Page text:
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  • Work!: A Queer History of Modeling

    Pages: 368
    Illustrations: 79 illustrations, incl. 71 in color
    Sales/Territorial Rights: World
  • Cloth: $104.95 - Not In Stock
  • Paperback: $27.95 - Not In Stock
  • Acknowledgments  ix
    Illustrations  xiii
    Introduction  1
    1. From the Artist's Model to the Photographic Model: Containing Sexuality in the Early Twentieth Century  25
    2. Race, Sexuality, and the 1920s Stage Model  69
    3. Queering Interwar Fashion: Photographers, Models, and the Queer Production of the "Look"  103
    4. Black Models and the Invention of the US: "Negro Market," 1945-1960  163
    5. "You've Got to Be Real": Constructing Femininity in the Long 1970s  211
    Epilogue  271
    Notes  277
    Bibliography  313
  • “Rigorously researched and eloquently argued, Work! is a brilliant and unique book that merges theory, method, and empirical historical work to create a new understanding of capitalism, sexuality, and the image. Elspeth H. Brown changes our approach to the history of sexuality and sets a new standard for studies of capitalism and culture.” — Nan Enstad, author of, Cigarettes, Inc.: An Intimate History of Corporate Imperialism

    “Elspeth H. Brown queers fashion modeling in a much-needed, highly readable way, with anecdotes that will surprise and educate even the most seasoned of fashion studies scholars. Her skill as a historian and nuanced analyst are on clear display through quality scholarship that brings the disparate fields of queer theory, affect studies, and the history of capitalism into fruitful conversation. A must-read for scholars of media and the body!” — Elizabeth Wissinger, author of, This Year’s Model: Fashion, Media, and the Making of Glamour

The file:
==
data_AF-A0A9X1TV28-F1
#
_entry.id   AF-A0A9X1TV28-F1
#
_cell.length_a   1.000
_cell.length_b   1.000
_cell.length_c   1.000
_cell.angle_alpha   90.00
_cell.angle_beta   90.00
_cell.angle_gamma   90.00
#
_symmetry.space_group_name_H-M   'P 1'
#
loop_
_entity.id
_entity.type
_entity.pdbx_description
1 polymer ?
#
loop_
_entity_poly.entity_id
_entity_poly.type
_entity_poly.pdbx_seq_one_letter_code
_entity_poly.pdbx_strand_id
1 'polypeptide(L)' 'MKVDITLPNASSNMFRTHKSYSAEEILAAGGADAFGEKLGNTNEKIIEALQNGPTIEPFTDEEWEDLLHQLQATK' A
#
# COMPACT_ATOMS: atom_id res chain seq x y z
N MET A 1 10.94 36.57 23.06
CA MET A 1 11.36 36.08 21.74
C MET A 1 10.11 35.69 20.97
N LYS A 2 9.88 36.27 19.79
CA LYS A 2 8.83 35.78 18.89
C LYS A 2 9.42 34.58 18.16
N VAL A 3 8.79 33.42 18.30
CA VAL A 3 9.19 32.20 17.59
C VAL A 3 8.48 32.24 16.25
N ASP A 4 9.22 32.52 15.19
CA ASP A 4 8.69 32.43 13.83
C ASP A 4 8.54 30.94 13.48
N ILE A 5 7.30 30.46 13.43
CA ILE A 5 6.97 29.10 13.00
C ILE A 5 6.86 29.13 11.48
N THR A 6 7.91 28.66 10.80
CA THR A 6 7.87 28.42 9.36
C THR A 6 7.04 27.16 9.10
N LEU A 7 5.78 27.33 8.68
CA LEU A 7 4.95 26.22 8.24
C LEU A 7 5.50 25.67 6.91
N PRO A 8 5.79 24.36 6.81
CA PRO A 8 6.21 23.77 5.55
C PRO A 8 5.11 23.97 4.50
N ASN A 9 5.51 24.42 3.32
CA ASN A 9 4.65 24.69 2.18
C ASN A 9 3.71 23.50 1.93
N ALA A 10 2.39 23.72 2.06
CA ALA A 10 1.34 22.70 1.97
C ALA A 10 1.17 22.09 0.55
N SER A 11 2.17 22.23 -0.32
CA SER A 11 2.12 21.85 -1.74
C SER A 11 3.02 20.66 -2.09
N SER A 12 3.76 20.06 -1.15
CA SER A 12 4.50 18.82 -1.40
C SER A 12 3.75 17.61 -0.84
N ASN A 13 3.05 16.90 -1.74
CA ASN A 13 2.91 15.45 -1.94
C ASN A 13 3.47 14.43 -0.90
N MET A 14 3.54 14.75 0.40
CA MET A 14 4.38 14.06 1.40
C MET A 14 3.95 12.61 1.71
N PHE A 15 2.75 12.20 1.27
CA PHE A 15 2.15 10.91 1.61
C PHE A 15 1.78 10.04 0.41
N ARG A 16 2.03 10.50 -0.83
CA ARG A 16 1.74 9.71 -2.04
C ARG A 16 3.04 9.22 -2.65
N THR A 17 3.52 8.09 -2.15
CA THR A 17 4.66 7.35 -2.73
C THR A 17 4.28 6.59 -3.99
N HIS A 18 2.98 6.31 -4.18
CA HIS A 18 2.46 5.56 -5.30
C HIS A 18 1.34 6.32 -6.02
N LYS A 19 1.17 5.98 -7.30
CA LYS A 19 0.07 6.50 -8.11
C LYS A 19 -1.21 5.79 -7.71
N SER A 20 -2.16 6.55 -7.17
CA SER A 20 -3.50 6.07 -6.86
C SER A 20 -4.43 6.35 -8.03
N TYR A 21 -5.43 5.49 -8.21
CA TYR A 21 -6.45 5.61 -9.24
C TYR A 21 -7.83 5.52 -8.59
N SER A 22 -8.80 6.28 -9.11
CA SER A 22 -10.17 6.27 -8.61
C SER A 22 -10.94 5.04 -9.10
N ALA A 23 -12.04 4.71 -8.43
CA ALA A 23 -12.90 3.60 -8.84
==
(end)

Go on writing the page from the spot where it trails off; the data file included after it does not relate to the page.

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  • Description

    From the haute couture runways of Paris and New York and editorial photo shoots for glossy fashion magazines to reality television, models have been an ubiquitous staple of twentieth- and twenty-first-century American consumer culture. In Work! Elspeth H. Brown traces the history of modeling from the advent of photographic modeling in the early twentieth century to the rise of the supermodel in the 1980s. Brown outlines how the modeling industry sanitized and commercialized models' sex appeal in order to elicit and channel desire into buying goods. She shows how this new form of sexuality—whether exhibited in the Ziegfeld Follies girls' performance of Anglo-Saxon femininity or in African American models' portrayal of black glamour in the 1960s—became a central element in consumer capitalism and a practice that has always been shaped by queer sensibilities. By outlining the paradox that queerness lies at the center of capitalist heteronormativity and telling the largely unknown story of queer models and photographers, Brown offers an out of the ordinary history of twentieth-century American culture and capitalism.

    About The Author(s)

    Elspeth H. Brown is Professor of History at the University of Toronto, coeditor of Feeling Photography, also published by Duke University Press, and author of The Corporate Eye: Photography and the Rationalization of American Commercial Culture, 1884–1929.
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